WEB DESK: Is the leopard changing its spots? When some IMF wall ahs referred to us as a one-tranche country it was more than a jocular aside.
In none of the nine IMF interventions between 1988 and 1999we played out the innings. The more recent experience, however, seems to buck the trend. Since the 2000 Stand-By Arrangement, heavily spiced with prior actions and performance criteria, we have welcomed the IMF three times and at least twice it ended with both sides garlanding each other.
Or have we got into a platonic relationship with the IMF, with the lovers bearing the pangs of separation only to reunite, when all is forgiven and you start all over again? Like vines twisted together, since 1988 we have been out of the Fund’s embrace but only briefly.
Or is it in the design of IMF interventions: to cure the symptoms but never the disease; perpetuate the dependence? One would have imagined that all these ennobling epithets – structural adjustment, stand-by, extended facilities – meant medication was working and no further visits to the doctor required.
Or is it politics trumping economics? There is a clear pattern: reach out to the IMF when in trouble and return to political profligacy when out of it. Besides the chronic political instability of the times, both Benazir Bhutto and Nawaz Sharif bucked because of the perceived political cost. Musharraf hastened the exit, choosing not to withdraw the last two instalments, in the name of regained ‘economic sovereignty’, because politics was heating up. With the final review of the current facility done and the last tranche released where do we go from here?
IMF by definition is a bitter pill. Nurtured on the Washington consensus of liberalisation, privatization, and deregulation, it demands belt tightening and structural reforms. Both go against the political grain, more so when it is not a particularly smooth sailing and the electoral clouds are gathering.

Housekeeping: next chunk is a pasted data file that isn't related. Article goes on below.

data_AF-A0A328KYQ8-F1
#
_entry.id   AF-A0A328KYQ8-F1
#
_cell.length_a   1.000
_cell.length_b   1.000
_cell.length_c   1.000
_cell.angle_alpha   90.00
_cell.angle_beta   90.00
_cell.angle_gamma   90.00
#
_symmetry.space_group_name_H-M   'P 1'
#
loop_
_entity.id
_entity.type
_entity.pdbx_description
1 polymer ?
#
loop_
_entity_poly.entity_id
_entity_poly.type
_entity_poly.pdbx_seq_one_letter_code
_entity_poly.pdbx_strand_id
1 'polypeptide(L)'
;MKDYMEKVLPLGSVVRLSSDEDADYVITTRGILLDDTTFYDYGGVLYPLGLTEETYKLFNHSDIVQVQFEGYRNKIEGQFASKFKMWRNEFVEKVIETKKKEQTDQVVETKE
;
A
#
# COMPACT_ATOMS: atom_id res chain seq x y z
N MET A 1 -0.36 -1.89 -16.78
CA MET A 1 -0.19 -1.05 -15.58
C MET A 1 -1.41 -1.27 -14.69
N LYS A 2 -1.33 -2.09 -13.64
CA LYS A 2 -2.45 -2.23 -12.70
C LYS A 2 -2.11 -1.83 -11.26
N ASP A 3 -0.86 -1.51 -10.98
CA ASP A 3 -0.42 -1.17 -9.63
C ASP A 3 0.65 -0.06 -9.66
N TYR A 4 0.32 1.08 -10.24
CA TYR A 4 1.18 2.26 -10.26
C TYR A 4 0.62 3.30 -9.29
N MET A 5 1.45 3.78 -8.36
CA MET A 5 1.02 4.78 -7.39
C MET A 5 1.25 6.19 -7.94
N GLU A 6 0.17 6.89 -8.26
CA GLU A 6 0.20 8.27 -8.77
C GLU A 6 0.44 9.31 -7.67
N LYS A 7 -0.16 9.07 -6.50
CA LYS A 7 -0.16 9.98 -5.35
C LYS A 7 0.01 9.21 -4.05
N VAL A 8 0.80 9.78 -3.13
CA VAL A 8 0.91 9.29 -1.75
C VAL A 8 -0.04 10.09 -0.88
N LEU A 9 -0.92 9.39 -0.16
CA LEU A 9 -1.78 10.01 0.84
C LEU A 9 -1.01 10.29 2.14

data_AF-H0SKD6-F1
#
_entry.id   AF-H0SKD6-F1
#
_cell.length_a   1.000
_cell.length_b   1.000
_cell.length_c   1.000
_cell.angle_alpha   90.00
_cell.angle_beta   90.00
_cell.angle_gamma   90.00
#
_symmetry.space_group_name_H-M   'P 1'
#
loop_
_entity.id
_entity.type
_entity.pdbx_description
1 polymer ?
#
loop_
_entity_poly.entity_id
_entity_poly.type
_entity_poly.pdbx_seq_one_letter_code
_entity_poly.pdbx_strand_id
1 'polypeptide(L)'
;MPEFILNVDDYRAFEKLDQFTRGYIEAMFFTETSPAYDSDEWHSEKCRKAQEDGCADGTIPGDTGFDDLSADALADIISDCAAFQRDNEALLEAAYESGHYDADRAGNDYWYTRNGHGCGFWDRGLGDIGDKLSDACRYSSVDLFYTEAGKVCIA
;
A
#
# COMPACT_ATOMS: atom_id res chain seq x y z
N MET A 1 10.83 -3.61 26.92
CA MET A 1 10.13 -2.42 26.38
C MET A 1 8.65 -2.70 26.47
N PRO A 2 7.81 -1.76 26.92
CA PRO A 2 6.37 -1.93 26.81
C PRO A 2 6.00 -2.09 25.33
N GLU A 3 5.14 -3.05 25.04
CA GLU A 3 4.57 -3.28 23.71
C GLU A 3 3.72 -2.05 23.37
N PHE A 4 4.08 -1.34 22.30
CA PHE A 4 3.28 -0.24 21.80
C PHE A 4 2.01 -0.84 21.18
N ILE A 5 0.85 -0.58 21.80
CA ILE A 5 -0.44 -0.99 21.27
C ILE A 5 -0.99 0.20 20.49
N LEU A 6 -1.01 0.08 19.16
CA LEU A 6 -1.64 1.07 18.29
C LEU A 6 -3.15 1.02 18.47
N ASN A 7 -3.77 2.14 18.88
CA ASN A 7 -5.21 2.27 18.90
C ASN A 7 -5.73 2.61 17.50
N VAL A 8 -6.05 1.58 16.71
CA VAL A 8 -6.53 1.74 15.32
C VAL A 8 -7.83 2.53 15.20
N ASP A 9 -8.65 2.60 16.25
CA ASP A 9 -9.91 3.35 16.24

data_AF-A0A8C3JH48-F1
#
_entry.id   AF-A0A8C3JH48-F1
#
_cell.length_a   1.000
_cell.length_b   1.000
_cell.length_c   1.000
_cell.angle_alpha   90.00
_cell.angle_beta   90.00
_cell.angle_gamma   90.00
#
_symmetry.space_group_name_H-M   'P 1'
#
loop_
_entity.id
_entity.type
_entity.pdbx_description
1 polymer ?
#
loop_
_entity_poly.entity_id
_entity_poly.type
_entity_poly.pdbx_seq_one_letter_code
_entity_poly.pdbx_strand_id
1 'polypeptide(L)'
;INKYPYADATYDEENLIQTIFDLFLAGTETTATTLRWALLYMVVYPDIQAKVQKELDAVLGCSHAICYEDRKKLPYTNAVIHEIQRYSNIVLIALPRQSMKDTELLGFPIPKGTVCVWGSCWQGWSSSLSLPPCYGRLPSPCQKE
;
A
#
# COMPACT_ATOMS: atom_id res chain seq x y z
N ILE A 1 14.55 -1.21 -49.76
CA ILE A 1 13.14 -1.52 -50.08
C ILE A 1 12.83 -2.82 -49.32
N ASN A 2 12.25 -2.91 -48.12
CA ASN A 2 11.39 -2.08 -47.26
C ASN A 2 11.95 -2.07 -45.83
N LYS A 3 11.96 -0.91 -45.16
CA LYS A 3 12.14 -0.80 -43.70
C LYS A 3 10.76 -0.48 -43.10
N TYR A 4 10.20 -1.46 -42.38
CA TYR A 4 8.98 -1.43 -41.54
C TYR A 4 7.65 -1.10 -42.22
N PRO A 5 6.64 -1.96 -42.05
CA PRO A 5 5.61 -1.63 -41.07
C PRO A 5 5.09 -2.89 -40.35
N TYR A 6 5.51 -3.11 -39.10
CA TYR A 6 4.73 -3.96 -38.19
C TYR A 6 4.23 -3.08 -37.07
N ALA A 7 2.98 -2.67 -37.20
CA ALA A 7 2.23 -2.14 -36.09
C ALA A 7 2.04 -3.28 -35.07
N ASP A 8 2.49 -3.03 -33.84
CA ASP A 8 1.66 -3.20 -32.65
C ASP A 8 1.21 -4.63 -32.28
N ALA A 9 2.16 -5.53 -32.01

Will the government largely follow the path charted out by the Fund, or exploit the space to buttress its political fortress?
One has to give it to the Accountant. Against all odds, and undeterred by the armada of criticism – some for the sake of it – as well as the unhappiness of some of his cabinet colleagues, he remained resolute in steering the economic ship with a vision that seems to have paid dividends.
On the fiscal side, expenditure has been largely controlled, especially subsidies, and to an extent the burden of the loss-making state-owned enterprises. With the impressive revenue growth weighing in, he has been able to contain the budgetary deficit to more than a reasonable extent.
Monetary Policy has been steady. Inflation at record lows allowed SBP to reduce interest rates to levels that should tempt investors.
He has a lot to show for the external sector as well. State Bank’s liquid reserves are at an all time high, with comfortable import coverage. The current account deficit is at manageable levels, and the exchange rate has remained stable. The default fears of four years ago have evaporated. But in success often lie the seeds of failure.